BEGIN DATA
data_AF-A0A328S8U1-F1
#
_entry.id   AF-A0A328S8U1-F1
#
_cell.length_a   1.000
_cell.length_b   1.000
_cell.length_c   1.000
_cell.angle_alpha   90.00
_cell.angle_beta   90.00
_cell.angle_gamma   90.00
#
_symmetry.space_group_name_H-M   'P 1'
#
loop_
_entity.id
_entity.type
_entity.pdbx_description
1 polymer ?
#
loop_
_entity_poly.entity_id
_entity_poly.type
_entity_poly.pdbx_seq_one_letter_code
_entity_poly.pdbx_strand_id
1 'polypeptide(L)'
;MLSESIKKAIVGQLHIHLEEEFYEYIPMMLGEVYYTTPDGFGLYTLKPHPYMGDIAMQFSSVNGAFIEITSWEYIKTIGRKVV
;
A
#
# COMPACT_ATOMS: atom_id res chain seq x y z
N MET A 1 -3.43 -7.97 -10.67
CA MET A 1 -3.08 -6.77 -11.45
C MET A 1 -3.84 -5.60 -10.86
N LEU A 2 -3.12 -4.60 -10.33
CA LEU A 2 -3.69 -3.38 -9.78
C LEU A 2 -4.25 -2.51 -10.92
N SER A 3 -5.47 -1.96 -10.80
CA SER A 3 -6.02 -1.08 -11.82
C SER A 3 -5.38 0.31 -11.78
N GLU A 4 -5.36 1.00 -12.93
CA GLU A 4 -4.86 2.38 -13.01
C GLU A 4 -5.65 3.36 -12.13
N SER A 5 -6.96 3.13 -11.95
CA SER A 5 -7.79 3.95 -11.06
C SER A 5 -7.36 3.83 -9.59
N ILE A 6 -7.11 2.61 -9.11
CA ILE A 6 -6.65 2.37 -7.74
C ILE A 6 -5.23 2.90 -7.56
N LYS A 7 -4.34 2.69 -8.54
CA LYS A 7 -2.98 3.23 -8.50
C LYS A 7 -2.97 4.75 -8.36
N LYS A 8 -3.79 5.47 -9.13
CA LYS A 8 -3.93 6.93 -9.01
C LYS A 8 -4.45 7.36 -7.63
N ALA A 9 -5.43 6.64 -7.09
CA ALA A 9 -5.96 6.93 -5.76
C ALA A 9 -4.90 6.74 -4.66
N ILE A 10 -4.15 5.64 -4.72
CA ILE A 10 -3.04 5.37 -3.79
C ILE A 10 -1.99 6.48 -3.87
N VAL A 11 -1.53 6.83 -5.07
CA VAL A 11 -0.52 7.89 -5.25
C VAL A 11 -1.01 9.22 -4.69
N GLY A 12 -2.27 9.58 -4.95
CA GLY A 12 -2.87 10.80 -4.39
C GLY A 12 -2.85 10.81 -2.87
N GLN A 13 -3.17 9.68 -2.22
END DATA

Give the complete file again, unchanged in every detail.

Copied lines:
data_AF-A0A328S8U1-F1
#
_entry.id   AF-A0A328S8U1-F1
#
_cell.length_a   1.000
_cell.length_b   1.000
_cell.length_c   1.000
_cell.angle_alpha   90.00
_cell.angle_beta   90.00
_cell.angle_gamma   90.00
#
_symmetry.space_group_name_H-M   'P 1'
#
loop_
_entity.id
_entity.type
_entity.pdbx_description
1 polymer ?
#
loop_
_entity_poly.entity_id
_entity_poly.type
_entity_poly.pdbx_seq_one_letter_code
_entity_poly.pdbx_strand_id
1 'polypeptide(L)'
;MLSESIKKAIVGQLHIHLEEEFYEYIPMMLGEVYYTTPDGFGLYTLKPHPYMGDIAMQFSSVNGAFIEITSWEYIKTIGRKVV
;
A
#
# COMPACT_ATOMS: atom_id res chain seq x y z
N MET A 1 -3.43 -7.97 -10.67
CA MET A 1 -3.08 -6.77 -11.45
C MET A 1 -3.84 -5.60 -10.86
N LEU A 2 -3.12 -4.60 -10.33
CA LEU A 2 -3.69 -3.38 -9.78
C LEU A 2 -4.25 -2.51 -10.92
N SER A 3 -5.47 -1.96 -10.80
CA SER A 3 -6.02 -1.08 -11.82
C SER A 3 -5.38 0.31 -11.78
N GLU A 4 -5.36 1.00 -12.93
CA GLU A 4 -4.86 2.38 -13.01
C GLU A 4 -5.65 3.36 -12.13
N SER A 5 -6.96 3.13 -11.95
CA SER A 5 -7.79 3.95 -11.06
C SER A 5 -7.36 3.83 -9.59
N ILE A 6 -7.11 2.61 -9.11
CA ILE A 6 -6.65 2.37 -7.74
C ILE A 6 -5.23 2.90 -7.56
N LYS A 7 -4.34 2.69 -8.54
CA LYS A 7 -2.98 3.23 -8.50
C LYS A 7 -2.97 4.75 -8.36
N LYS A 8 -3.79 5.47 -9.13
CA LYS A 8 -3.93 6.93 -9.01
C LYS A 8 -4.45 7.36 -7.63
N ALA A 9 -5.43 6.64 -7.09
CA ALA A 9 -5.96 6.93 -5.76
C ALA A 9 -4.90 6.74 -4.66
N ILE A 10 -4.15 5.64 -4.72
CA ILE A 10 -3.04 5.37 -3.79
C ILE A 10 -1.99 6.48 -3.87
N VAL A 11 -1.53 6.83 -5.07
CA VAL A 11 -0.52 7.89 -5.25
C VAL A 11 -1.01 9.22 -4.69
N GLY A 12 -2.27 9.58 -4.95
CA GLY A 12 -2.87 10.80 -4.39
C GLY A 12 -2.85 10.81 -2.87
N GLN A 13 -3.17 9.68 -2.22